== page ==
If you need more reasons to celebrate the end of summer on Wilmette’s beachfront, Park District’s Steve Wilson offered a trio of them:
“Music, food and drinks — that is the draw.”
Wilson and park district staff are supporting the Ouilmette Foundation’s Wilmette Beach Bash, a fundraiser for park district activities on Saturday, Sept. 18, at Gillson Park.
The event is returning after a year hiatus caused by COVID-19 precautions. The Beach Bash was introduced in 2019, when 1,200 attendees enjoyed the end-of-summer jam.
“We wanted to open the new beachfront and showcase all of our beautiful efforts that were put into it,” said Suzanne Averill, a member of the foundation’s board. “Get the community together and just have fun, and raise money of course for the foundation.”
This year, the party is from 6-11 p.m. and will welcome live music from Wilmette artist Chris Karabas and local band Antler Chandelier, seven Chicagoland food trucks, beer from Cruz Blanca and Fortnight breweries, and wine from Wilmette’s The Bottle Shop.
Tickets to the event, which can be purchased online, are $40 for entry and an all-inclusive drink wristband is $20. Kids age 5 or under are free.
All attendees must show proof of COVID-19 vaccination or a recent negative COVID-19 test, according to park district officials.
The records, whether physical proof or digital files, will be checked at the event’s entry points, officials said.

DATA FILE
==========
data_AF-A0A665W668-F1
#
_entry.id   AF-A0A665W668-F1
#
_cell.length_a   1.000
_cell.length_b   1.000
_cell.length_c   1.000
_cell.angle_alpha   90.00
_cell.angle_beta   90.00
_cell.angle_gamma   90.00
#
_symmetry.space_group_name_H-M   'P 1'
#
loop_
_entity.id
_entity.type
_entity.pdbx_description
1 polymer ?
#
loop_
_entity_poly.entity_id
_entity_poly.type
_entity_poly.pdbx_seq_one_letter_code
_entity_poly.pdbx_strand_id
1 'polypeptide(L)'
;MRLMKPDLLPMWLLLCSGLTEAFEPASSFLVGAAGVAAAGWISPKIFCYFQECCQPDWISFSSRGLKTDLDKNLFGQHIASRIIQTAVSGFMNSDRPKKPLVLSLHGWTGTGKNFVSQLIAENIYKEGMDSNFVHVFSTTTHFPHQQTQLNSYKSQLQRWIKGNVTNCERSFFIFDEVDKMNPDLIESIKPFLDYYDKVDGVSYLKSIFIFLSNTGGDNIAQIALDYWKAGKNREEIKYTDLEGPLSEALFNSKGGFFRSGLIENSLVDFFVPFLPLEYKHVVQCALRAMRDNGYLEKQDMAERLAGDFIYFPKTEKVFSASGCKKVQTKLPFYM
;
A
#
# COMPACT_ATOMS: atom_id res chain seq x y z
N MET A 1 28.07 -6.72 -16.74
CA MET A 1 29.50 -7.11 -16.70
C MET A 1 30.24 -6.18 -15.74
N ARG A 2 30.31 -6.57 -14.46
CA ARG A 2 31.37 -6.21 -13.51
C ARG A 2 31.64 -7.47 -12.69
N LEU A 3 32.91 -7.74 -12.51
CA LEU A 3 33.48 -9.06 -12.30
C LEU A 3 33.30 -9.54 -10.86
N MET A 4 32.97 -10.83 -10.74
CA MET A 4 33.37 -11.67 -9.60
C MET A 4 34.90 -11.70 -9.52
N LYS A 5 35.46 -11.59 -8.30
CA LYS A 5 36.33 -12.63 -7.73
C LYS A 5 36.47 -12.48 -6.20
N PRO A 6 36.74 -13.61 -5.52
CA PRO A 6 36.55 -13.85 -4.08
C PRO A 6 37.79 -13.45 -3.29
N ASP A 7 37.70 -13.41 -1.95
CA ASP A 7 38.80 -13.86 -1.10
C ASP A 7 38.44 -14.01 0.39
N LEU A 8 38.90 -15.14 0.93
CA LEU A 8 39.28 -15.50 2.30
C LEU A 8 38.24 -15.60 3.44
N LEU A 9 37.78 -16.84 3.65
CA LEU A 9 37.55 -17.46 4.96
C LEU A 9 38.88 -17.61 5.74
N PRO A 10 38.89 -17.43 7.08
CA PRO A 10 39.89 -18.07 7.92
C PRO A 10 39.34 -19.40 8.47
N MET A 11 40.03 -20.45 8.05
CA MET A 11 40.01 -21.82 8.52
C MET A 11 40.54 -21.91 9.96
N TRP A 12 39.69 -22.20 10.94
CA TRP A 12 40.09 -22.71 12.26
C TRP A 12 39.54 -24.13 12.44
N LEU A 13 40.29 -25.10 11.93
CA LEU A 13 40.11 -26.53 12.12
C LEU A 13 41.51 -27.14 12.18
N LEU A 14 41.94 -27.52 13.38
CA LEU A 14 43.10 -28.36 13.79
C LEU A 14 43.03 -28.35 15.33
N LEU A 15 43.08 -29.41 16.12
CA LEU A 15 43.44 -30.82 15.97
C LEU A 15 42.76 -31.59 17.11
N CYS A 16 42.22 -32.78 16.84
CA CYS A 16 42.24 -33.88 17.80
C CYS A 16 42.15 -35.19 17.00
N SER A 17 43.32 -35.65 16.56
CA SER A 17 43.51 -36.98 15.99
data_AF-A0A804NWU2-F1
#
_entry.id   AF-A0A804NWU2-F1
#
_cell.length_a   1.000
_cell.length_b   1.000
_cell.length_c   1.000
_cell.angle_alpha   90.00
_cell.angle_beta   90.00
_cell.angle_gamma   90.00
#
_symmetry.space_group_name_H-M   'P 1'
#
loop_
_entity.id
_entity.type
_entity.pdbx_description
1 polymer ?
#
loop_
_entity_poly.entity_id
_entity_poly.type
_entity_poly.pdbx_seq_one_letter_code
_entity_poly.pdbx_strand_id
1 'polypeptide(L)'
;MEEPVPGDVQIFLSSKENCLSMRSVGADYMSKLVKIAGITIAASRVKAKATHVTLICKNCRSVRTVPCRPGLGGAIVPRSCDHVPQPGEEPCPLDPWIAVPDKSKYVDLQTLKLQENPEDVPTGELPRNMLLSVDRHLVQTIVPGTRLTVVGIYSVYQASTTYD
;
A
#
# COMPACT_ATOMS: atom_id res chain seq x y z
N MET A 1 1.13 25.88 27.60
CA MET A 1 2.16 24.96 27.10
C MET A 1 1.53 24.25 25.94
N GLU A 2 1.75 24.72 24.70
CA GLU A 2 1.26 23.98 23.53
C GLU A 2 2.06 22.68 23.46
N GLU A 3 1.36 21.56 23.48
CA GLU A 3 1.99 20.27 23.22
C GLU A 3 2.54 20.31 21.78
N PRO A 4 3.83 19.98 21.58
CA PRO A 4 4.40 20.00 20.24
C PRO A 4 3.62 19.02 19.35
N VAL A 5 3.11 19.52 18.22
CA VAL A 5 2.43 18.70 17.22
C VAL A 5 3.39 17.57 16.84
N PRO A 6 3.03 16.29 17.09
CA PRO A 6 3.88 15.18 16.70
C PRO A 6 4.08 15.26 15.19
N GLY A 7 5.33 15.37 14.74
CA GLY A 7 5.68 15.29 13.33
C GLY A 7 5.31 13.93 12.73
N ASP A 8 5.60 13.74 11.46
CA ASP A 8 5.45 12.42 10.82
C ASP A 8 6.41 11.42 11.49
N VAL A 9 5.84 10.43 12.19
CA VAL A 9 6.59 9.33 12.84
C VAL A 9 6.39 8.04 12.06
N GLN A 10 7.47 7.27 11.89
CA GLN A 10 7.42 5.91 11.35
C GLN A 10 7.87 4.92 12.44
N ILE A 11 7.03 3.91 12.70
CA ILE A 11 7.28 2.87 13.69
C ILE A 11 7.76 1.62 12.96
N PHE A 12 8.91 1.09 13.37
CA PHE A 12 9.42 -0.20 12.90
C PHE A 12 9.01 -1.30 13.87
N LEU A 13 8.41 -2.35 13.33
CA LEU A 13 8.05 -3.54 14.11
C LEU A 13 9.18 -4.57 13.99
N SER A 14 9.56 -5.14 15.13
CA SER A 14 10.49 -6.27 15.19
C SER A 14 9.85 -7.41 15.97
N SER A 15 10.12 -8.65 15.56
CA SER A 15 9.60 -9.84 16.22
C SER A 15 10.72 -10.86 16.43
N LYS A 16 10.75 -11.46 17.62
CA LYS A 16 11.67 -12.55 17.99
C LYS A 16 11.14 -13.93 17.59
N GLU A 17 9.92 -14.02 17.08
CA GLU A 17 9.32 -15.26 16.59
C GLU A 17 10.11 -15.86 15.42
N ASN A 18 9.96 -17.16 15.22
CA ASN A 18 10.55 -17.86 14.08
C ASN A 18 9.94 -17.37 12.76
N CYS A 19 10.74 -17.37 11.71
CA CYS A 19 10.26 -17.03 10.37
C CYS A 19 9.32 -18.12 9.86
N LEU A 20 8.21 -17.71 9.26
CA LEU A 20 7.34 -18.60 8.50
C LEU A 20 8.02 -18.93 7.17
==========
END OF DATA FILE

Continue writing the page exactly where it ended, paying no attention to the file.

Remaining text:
The park district’s Lindsay Thomas, who is assisting with the event’s logistics, hopes the protocol will “help people feel comfortable” and lets guests know the district is “aware of what’s going on and want(s) to provide an event that is safe.”
The music and food and drink will be located in Gillson’s parking lot, while a bonfire and family activities and games will take place down on the beach.
The food trucks on the menu are: Fat Shallot, La Cocinita, Soul and Smoke, Chicago Lunchbox, Happy Lobster, Kissed by Fire, and Kona Ice.
The Ouilmette Foundation raises funds to support park district programming and resources, and Wilson preached that the entire event is community-focused.
“It is on a great local property with a local foundation with vendors that primarily have local connections,” he said. “It is a very local event that is going to raise money that will be used to support this community.”
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